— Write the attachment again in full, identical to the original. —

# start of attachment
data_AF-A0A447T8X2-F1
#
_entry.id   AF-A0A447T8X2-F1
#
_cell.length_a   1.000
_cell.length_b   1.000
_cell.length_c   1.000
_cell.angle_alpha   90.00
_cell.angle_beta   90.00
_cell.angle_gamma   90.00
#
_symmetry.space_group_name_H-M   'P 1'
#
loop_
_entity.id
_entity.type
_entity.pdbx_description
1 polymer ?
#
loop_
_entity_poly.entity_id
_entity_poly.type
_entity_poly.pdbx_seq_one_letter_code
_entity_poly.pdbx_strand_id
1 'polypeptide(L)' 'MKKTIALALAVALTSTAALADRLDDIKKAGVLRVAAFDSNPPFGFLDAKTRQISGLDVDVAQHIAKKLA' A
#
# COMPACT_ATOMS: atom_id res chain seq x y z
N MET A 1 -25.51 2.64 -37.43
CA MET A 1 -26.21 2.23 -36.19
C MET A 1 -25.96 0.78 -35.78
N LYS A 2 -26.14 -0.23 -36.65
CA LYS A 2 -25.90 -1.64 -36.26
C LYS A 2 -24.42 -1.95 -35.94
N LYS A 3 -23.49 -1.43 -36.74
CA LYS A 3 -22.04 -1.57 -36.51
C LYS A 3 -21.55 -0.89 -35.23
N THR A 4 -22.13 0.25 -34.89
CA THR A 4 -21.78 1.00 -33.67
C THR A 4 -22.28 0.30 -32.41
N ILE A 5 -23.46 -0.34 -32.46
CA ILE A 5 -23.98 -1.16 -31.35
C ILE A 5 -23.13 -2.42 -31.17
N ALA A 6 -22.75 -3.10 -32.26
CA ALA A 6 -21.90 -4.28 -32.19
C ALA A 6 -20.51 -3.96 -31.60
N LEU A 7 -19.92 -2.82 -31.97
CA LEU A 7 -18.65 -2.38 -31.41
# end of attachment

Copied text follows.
data_AF-A0A447T8X2-F1
#
_entry.id   AF-A0A447T8X2-F1
#
_cell.length_a   1.000
_cell.length_b   1.000
_cell.length_c   1.000
_cell.angle_alpha   90.00
_cell.angle_beta   90.00
_cell.angle_gamma   90.00
#
_symmetry.space_group_name_H-M   'P 1'
#
loop_
_entity.id
_entity.type
_entity.pdbx_description
1 polymer ?
#
loop_
_entity_poly.entity_id
_entity_poly.type
_entity_poly.pdbx_seq_one_letter_code
_entity_poly.pdbx_strand_id
1 'polypeptide(L)' 'MKKTIALALAVALTSTAALADRLDDIKKAGVLRVAAFDSNPPFGFLDAKTRQISGLDVDVAQHIAKKLA' A
#
# COMPACT_ATOMS: atom_id res chain seq x y z
N MET A 1 -25.51 2.64 -37.43
CA MET A 1 -26.21 2.23 -36.19
C MET A 1 -25.96 0.78 -35.78
N LYS A 2 -26.14 -0.23 -36.65
CA LYS A 2 -25.90 -1.64 -36.26
C LYS A 2 -24.42 -1.95 -35.94
N LYS A 3 -23.49 -1.43 -36.74
CA LYS A 3 -22.04 -1.57 -36.51
C LYS A 3 -21.55 -0.89 -35.23
N THR A 4 -22.13 0.25 -34.89
CA THR A 4 -21.78 1.00 -33.67
C THR A 4 -22.28 0.30 -32.41
N ILE A 5 -23.46 -0.34 -32.46
CA ILE A 5 -23.98 -1.16 -31.35
C ILE A 5 -23.13 -2.42 -31.17
N ALA A 6 -22.75 -3.10 -32.26
CA ALA A 6 -21.90 -4.28 -32.19
C ALA A 6 -20.51 -3.96 -31.60
N LEU A 7 -19.92 -2.82 -31.97
CA LEU A 7 -18.65 -2.38 -31.41